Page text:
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It never ceases to amaze me how lax many small and midsized CPA firms are when it comes to managing their work-in-process and accounts receivable and optimizing their cash flows.

Sloppy billing and collecting policies often result in lost billing opportunities and the need to have a relatively large line of credit. If you don’t bill on a timely basis, clients forget the value you provided and resist receiving a bill 90 days after the work was performed. Sloppy policies also result in year-end fire drills with clients when partners “beg” clients for cash before the end of the firm’s fiscal year end. I often wonder what clients must think of their CPA firm if the partner, year in and year out, is lax about billing and collecting until the calendar hits December 31. I bet they don’t think the partner is a very good business person.

Why are sloppy billing and collecting policies tolerated at so many firms? My sense is that many firms lack the leadership, discipline and accountability to drive improved performance. Particularly at larger firms, many partners view themselves as employees (not partners) and don’t take a real interest in improving firm performance. After all, what’s in it for them?

Having said that, this malaise can be effectively dealt with, and work-in-process and accounts receivable performance can be dramatically improved. It requires persistence and consistency by the firm’s leadership and the ability to pull the trigger when dealing with noncompliant partners.

Here’s how one firm addressed the quest for better receivables management. It instituted a policy that requires as close to $0 investment in unbilled time as possible. This requires that every month, time on each client be either billed or written off (or some combination thereof). Exceptions to firm policy are granted when the circumstances make sense to do so.

The firm instituted a policy that requires that all accounts receivable be collected within 60 days of billing. Again, exceptions to firm policy are granted when the circumstances make sense.

If a partner is unable to substantially comply with the billing and collecting policies outlined above, that partner will meet with the firm’s managing partner (or a designee) to explain why compliance isn’t being achieved. Sometimes the explanation makes sense, but in many cases the explanation is an excuse for not trying. If the partner is a repeat offender of these policies (and the reasons for noncompliance are unacceptable), the firm withholds that partner’s monthly draw until the noncompliance is corrected. Noncompliant partners will usually modify their behavior for a few months but can easily fall back into unacceptable behavior if they’re not carefully monitored.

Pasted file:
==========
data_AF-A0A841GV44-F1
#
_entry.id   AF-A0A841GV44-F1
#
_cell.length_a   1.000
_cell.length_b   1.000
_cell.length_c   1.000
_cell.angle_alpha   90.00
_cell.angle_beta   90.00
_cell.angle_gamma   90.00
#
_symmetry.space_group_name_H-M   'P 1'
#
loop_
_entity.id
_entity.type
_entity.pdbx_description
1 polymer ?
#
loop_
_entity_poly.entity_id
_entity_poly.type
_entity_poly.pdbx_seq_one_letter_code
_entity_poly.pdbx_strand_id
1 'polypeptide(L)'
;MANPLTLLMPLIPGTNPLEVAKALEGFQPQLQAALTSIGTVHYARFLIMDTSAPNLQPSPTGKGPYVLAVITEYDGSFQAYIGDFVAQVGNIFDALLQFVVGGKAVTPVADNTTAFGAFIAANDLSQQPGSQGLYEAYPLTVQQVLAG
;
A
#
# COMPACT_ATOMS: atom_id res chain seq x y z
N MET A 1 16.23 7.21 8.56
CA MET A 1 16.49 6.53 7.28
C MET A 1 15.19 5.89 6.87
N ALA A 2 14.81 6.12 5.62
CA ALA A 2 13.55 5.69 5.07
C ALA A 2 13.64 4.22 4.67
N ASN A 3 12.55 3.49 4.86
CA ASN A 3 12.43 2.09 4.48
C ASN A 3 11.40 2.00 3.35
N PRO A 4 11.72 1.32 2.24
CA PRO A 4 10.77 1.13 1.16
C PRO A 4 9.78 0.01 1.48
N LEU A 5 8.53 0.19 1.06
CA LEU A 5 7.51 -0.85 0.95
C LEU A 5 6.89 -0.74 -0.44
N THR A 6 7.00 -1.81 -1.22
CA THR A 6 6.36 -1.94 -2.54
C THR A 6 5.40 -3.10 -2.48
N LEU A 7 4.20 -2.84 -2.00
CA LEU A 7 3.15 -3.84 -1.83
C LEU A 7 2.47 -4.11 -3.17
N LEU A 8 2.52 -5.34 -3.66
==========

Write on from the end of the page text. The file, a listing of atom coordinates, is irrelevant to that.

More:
The proof is in the pudding. At this particular firm, performance improved dramatically. Work-in-process amounts over 60 days old have dropped by 25 percent and accounts receivable amounts over 60 days old have dropped by about 20 percent. On top of that, the firm’s dependence on a sizeable line of credit has diminished considerably. All good. And by the way, once the word gets out that firm leadership is serious about compliance with billing and collecting policies, the partner group generally pays attention and the behavior changes take place throughout the partnership.

This particular firm has become a stellar performer when it comes to billing and collecting, but many other firms have adopted similar policies and seen the fruit of their labors. So, it can be done if one has the conviction to improve.

You may believe your firm can never implement policies similar to those outlined above. For example, your tax-only clients may be used to paying what is owed after the tax returns have been delivered, and some attest clients might be traditionally slow payers. Perhaps you think things can never change with those clients and are afraid that if you pushed too hard, they would take their work to a different CPA firm.

Don’t make excuses. The world of business has changed. There is little doubt that your best clients themselves have tightened up their own billing and collecting policies. You lose nothing by going to your existing clients and telling them your firm needs to tighten up billing and collecting. See what happens. Some clients will balk and perhaps they are understandable exceptions to your new policies. Others might balk, and their inability to improve may be a good reason for you to exit from those client relationships. However, many clients will understand your logic and not balk. Many will do their best to comply with your new policies. Moving forward, all your new clients should be told about your tighter billing and collecting policies upfront when your relationship with them begins. Compliance by new clients is considerably easier than compliance by existing clients. They have not been spoiled by your previous lax practices.

Oftentimes CPA firm partners forget their firm is a business. It has to run like a business. Profits and cash flow are the lifeblood of any firm, yet performance may be nowhere where it needs to be. Take a hard look at your receivables management. I’m guessing there is considerable room for improvement. If so, tighten up your policies.

If your partners see this is important to you, it will become more important to them. Compliance with policies is contagious. Partners want to win but need to know the firm’s leadership is applying tighter policies in a consistent manner. Most important, they need to see that the firm’s leadership is prepared to pull the trigger when noncompliance is inexcusable.

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